|Washington, DC-based artist Joey P. Mánlapaz was born in the Philippines and came to the United States as a young teen. She earned a Masters of Fine Arts degree in painting from the George Washington University where her ongoing fascination for the city of Washington as subject matter was influenced by her mentor Frank Wright, a renowned painter of 18th-19th century architecture of downtown DC.
Mánlapaz exhibits extensively in the U.S. and has received numerous accolades for her unique form of painterly photorealism, a result of a combined interest in the strict photorealist styles of New York artists Tom Blackwell and Richard Estes and the deep psychological sensibility of Edward Hopper. Her 2009 museum exhibition “Through the Looking Glass” at the Corcoran Gallery of Art featured her Reflections Series, highly complex paintings of reflections on glass storefront windows in DC.
The artist has received grants and fellowships in support of her work and in 2003, a painting commission from the U.S. Library of Congress and First Lady Laura Bush for the National Book Festival. She serves on numerous panels as juror and curator. Her paintings are widely collected in the U.S. and internationally by private and corporate art collectors. Nineteen of her works are in the collection of the DC Commission on the Arts & Humanities, by far the largest collector of her paintings. Collectors include Akridge, Arnold & Porter LLP, Ayala Corporation, Bill Cosby, DC Commission on the Arts & Humanities, ING, (late) Senator Daniel K. Inouye, U.S. Library of Congress, U.S. State Department and Wiley Rein & Fielding LLP, to name a few.
She lives and maintains a studio in historic Capitol Hill and is Associate Faculty at the Corcoran College of Art and Design.
Artist statement for Cycles, Bikes & Bins Series
I am a painter highly influenced by the New York city-based photorealist movement that came out of the 1970s and particularly admire paintings of Tom Blackwell and Richard Estes. In contrast to their strict, factual and non-editorializing brand of photorealism, however, I aspire to imbue my cityscapes with the deep psychological breadth of Edward Hopper, who captured loneliness and isolation in his work.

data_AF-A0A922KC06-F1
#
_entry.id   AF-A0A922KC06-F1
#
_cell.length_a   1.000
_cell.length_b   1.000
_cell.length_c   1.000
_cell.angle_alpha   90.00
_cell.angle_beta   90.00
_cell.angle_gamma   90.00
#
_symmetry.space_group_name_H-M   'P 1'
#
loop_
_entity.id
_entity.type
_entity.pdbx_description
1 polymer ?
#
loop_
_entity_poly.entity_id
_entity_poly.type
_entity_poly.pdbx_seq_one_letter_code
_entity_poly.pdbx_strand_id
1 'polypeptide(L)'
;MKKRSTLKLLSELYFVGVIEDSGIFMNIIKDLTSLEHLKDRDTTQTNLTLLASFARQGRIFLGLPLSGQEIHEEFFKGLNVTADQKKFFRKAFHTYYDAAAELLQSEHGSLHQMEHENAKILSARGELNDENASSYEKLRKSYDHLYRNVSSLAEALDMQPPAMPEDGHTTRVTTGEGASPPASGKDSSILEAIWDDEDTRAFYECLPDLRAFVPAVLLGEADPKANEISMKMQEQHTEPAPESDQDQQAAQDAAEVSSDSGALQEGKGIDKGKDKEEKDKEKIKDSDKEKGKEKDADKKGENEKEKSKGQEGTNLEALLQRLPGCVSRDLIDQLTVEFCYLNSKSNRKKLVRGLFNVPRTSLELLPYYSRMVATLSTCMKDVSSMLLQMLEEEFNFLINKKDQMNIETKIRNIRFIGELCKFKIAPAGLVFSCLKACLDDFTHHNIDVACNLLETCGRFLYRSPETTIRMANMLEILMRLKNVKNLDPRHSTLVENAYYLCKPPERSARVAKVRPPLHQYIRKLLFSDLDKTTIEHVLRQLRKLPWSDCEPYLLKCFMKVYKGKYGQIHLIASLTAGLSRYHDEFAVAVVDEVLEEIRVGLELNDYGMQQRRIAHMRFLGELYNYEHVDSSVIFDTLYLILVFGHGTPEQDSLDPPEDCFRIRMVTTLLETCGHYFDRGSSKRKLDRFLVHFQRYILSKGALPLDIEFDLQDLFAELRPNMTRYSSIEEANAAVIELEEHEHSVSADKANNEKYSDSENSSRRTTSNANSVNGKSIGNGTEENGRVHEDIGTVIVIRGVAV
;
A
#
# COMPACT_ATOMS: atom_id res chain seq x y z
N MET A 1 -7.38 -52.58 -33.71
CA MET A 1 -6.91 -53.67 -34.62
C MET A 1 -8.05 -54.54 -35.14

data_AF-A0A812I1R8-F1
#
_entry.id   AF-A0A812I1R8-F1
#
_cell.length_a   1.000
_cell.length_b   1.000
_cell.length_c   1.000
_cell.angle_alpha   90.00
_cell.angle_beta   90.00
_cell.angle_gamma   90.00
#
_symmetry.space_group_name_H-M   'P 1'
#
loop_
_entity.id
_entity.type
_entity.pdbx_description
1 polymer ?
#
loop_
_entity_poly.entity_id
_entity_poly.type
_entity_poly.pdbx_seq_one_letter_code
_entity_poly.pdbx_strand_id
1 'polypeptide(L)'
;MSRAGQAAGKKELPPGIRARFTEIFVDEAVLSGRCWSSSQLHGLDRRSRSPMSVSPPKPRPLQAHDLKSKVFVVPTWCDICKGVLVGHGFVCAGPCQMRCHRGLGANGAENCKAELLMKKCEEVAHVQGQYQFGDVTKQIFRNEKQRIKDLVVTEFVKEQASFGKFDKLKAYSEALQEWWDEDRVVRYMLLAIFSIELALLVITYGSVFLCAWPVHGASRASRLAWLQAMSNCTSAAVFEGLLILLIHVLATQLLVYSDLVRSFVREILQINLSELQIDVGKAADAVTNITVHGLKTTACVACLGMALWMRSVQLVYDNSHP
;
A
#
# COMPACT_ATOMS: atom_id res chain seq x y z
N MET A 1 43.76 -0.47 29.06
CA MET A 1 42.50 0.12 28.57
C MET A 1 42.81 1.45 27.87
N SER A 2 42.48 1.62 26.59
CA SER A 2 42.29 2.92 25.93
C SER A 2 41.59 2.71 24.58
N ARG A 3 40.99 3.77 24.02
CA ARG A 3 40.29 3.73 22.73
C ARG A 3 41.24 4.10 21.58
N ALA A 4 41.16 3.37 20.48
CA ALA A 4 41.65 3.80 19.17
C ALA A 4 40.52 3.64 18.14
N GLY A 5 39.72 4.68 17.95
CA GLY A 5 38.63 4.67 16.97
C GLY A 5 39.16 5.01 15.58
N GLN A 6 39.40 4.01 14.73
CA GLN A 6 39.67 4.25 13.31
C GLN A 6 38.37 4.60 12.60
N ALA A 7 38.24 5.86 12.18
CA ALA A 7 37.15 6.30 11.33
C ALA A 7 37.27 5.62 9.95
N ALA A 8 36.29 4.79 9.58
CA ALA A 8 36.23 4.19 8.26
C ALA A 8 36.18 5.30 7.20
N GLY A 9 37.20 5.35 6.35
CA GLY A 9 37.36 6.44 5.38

I focus primarily on architecture of Washington, DC for subject matter and during the course of my 30-years artistic career, I continuously try and develop different themes, using traditional oil painting techniques. I painted many buildings no longer existing. I highlighted the colorful hot dog vendors ubiquitous to our streets. I featured monuments that pepper the federal city. In my recent series, I focused on glass storefront windows of local DC businesses.
Zen philosophy of nothingness and ever present moment is a tenet I espouse and in my current series “Cycles, Bikes & Bins,” I paint motorcycles, bicycles, and newspaper stands signs of a bustling city devoid of human presence or if at all, with a lone figure. Whereas Hopper graphically described isolation as two people trapped in an interior space, I portray emptiness and aloneness in an urban street setting by implementing strong saturated colors bathed in serene and diffused lighting and capture these elements as solitary entities left to their own devices.
My introspective qualities strongly resonate in my paintings, which simmer with isolation and quiet. I brought these traits with me since my early teens when I immigrated to America and developed deep feelings of being out of place in my new environment. While Washington, DC remains prominent in my work, it really serves as a vehicle by which I express my true self. Together, my paintings chronicle not only the transformation of the city that is now my home but also my own journey from a lonely youth to a mature artist.